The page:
By Kate Kyle
Last summer, while Ryerson swimmers Nic Jorgenson and David Quane worked construction jobs in Montreal they were asked to attend an Association of Lakes and Pools meet — a highly competitive reunion event which featured many ex-club swimmers, ages 20 and up.
Quane, a four-year veteran, and Jorgenson, a soon-to-be rookie, showed up to the meet having gained a fair bit of weight.
“I asked (Jorgenson) how much he weighed at the beginning of the season and he said ‘me plus Christina Aguilera’,” Quane said. “I weighed a good 10 to 15 pounds heavier too.
“At the meet there were six guys, four of which were cut and just ripped. They looked like swimmers! Then there was me and Nic on the outside lanes with the paunch over the Speedo, and we’re trying to stretch and the fat is jiggling all over the place. But Nic and I placed first and second.”
The paunch jiggle hadn’t slowed these speedsters down one bit. Quane beat Jorgenson by one-hundredth of a second.
“A lot of people like to argue that Nic beat me but I still think I beat [him],” Quane said. “Well not actually. I think he beat me. We just found it funny that the two fat guys won. Everyone else was surprised too because Nic and I weren’t really seen during the summer and Nic didn’t swim for a year.”
This weekend at the Ontario championships in Sudbury, Quane will swim the 50-metre breast stroke, the 100-metre breast stroke, the 100-metre individual medley, and the 50-metre butterfly.
He has been voted Ryerson’s most valuable swimmer three years in a row, and is currently ranked third nationally in the 50-metre breast stroke. Over the last four years, Quane is the only swimmer at Ryerson who has qualified for any event at the national level. Ryerson swim coaches are hoping rookie Jorgenson will fill his shoes next season.
In 1990, Quane, now a fourth-year aerospace engineering student, and Jorgenson, a first-year photography student, began training together at a Montreal swim club. Since then, they have climbed the ranks of competitive swimming.
A strong competitive relationship developed between the swimmers — each challenges the other to push his talent to greater heights.
Quane was born and raised in Hudson Que., 40 minutes west of Montreal.
At the age of eight he began swimming competitively at the Pointe Claire swimming club in a suburb of Montreal. The club’s trainers focused specifically on racing and techniques. He met Jorgenson a year later.
Jorgenson, a native of Pointe Claire Que., said he got into competitive swimming at the age of nine after swimming against neighbourhood kids in a public pool.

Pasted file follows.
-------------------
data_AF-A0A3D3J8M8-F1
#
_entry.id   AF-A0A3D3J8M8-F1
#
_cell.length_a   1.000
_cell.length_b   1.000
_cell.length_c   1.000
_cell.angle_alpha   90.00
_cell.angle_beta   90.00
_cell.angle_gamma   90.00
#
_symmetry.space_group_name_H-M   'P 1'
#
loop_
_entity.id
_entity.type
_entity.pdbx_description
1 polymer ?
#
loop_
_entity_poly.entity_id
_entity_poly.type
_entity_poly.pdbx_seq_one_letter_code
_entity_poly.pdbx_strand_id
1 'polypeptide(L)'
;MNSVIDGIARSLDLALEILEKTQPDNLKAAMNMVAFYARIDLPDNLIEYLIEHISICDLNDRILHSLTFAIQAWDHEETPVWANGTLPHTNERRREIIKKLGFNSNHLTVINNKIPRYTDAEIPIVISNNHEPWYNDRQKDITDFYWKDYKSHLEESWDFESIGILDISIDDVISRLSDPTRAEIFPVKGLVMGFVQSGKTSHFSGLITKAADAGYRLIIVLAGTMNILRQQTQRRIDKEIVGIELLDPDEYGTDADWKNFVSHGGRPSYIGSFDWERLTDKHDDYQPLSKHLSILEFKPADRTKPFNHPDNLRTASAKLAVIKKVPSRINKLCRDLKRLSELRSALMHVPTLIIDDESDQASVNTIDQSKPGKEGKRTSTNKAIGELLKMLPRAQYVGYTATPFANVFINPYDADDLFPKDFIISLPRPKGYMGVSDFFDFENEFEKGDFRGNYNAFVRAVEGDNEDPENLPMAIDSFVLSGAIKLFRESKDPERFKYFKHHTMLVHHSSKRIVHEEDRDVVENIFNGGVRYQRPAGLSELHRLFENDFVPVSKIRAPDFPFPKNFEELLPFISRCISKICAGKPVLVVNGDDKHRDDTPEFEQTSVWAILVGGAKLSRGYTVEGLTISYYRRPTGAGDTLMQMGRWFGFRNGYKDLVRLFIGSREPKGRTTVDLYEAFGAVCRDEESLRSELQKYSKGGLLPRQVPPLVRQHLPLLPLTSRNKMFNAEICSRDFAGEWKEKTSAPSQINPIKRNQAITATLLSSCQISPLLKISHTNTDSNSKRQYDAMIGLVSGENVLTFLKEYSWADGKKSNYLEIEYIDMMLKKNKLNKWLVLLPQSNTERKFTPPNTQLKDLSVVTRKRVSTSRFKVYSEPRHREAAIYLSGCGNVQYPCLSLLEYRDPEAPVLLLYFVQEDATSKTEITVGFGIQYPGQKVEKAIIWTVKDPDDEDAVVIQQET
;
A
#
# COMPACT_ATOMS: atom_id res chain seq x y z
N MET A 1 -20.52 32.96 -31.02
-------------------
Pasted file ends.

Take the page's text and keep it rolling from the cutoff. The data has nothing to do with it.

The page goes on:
“The public pools are one way the clubs recruit swimmers at a young age. That’s how they get the competitive spirit started.”
In practices they swam in the same group, but at meets they were usually separated into different heats because their speed varied.
“When we started, Nic was a lot faster than me and I think he still is,” Quane said.
Quane’s coaches didn’t always recognize his ability. He admits he was a brat who was ignored because he was hyperactive and cocky. But his boisterous personality helped him meet one of his swimming idols — the late Olympic gold medal winner, Victor Davis.
Quane was his obnoxious self, pissed off Davis and got a pounding charley-horse in the thigh from the Olympian.
Quane left Pointe Claire when he was 13 and joined the Dollard-des-Ormeaux swim club, while Jorgenson continued at Pointe Claire where his training intensity increased as he ascended the age ranks. They rarely saw each other except meets and social events.
Quane says the swimmers at Dollard-des-Ormeaux were like a bunch of “tough guys [who] do more training than anyone else.”
He swam two hours, six days a week. Right now, Quane and Jorgenson train with the Ryerson club one hour, three days a week.
Throughout high school Quane and Jorgenson both swam for their clubs and their school teams. Both swam in national youth competitions.
When Jorgenson was 19, he tried out for the Olympic team in Montreal.
“That was an interesting experience though I didn’t place as well as I wanted to,” Jorgenson said with a shrug. He placed 18th, finishing one minute over the national standard time — the qualifying time required to compete in Nationals and the Olympics.
Jorgenson stopped swimming for a year, focusing instead on school and photography. He was swimming at a national level when he went on the hiatus. Shortly after, Jorgenson applied, and got into Ryerson photography.
The Association of Lakes and Pools meet reignited their competitive relationship. Quane insists his improvements this season are because Jorgenson is always on his heels.
Quane suggested that Jorgenson join the varsity team when he came to Ryerson. At the tryouts, Rams coach Victor Belac saw Jorgenson’s potential and the benefits he could bring the team. Both Quane and Jorgenson are accomplished breast strokers. Belac hopes the same spark will be lit in Jorgenson that has been lit in Quane that will carry him through his four years at Ryerson.
Being a rookie, Jorgenson “has potential to take over David’s standing in the future,” Belac said. “Hopefully he will carry the torch.”
Quane and Jorgenson wake up at a 5:30 a.m. and hit the water at six. At each practice they run 5-10 kilometres, climb stairs, lift weights and do an endless number of sprint-laps in the pool.
Every two laps they get a five to 10 second break before taking off again. This type of training is preparation for the weekend competition in Sudbury.
“Nic and Dave are in the top six in the province but it could be anyone’s race,” Belac said. “Out of all the competitors the one who wants it more. It could be anyone that night.”
The OUA championship races in Sudbury will be held February 1-3 with preliminary rounds in the mornings and the finals later the same day.